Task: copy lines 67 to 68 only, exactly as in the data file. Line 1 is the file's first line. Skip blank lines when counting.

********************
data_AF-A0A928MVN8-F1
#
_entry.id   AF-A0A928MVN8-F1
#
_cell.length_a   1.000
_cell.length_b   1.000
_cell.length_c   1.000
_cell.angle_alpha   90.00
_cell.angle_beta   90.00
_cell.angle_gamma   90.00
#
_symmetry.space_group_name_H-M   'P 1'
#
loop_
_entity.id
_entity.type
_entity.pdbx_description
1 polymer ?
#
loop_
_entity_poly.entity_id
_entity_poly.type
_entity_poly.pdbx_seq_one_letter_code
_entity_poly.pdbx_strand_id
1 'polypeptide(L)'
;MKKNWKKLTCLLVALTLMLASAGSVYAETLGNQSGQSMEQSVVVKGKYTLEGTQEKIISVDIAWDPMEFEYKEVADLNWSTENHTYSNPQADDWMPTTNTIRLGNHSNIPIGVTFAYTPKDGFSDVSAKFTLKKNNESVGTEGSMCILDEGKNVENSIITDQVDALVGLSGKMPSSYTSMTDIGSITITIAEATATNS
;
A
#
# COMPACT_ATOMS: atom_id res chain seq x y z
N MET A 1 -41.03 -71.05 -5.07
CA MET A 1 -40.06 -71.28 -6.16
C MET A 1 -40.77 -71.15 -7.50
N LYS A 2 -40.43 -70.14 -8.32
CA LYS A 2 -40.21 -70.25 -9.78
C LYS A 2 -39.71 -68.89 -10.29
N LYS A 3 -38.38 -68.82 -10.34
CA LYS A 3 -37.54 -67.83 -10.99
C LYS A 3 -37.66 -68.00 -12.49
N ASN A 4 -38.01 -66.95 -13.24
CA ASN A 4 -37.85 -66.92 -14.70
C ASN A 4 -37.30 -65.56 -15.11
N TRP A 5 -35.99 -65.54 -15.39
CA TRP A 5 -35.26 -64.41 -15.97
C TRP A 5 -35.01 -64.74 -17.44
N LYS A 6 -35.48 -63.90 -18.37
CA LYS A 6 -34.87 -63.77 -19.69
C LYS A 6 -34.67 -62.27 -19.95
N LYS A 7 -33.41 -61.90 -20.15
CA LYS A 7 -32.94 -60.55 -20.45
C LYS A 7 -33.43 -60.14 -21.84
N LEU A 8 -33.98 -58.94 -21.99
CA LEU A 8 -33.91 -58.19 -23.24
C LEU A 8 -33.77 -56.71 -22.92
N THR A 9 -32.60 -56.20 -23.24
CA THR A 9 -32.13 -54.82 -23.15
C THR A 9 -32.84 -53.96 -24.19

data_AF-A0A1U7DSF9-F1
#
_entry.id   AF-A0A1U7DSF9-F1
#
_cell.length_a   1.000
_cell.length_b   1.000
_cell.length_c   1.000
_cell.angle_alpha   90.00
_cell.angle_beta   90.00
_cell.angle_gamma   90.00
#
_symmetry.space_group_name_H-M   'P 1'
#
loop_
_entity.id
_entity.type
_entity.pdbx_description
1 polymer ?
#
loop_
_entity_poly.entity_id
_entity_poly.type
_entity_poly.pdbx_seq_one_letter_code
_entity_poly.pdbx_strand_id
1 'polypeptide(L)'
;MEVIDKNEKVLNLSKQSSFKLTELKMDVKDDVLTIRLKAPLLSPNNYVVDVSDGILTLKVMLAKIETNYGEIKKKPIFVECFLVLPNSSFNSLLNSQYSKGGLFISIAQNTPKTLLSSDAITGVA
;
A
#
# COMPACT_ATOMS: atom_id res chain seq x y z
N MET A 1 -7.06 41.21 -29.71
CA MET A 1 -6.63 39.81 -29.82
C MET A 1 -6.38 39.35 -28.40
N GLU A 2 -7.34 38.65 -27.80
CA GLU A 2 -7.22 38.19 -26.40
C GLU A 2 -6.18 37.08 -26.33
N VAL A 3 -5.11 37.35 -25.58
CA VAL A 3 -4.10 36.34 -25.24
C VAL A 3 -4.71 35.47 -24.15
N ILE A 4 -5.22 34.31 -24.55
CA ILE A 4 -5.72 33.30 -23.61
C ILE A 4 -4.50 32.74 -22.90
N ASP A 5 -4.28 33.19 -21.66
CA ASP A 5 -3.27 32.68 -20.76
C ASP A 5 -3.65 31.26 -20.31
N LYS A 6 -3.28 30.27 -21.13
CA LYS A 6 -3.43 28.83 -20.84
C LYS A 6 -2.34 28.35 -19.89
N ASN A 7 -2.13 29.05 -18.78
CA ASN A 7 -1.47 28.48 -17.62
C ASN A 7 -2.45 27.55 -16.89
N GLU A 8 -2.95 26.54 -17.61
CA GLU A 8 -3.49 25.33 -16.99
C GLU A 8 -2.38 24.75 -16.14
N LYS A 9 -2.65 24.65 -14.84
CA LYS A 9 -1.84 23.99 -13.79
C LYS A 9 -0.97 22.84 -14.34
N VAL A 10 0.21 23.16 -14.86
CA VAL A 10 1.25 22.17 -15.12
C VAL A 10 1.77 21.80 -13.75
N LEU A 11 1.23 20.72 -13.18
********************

_cell.angle_gamma   90.00
#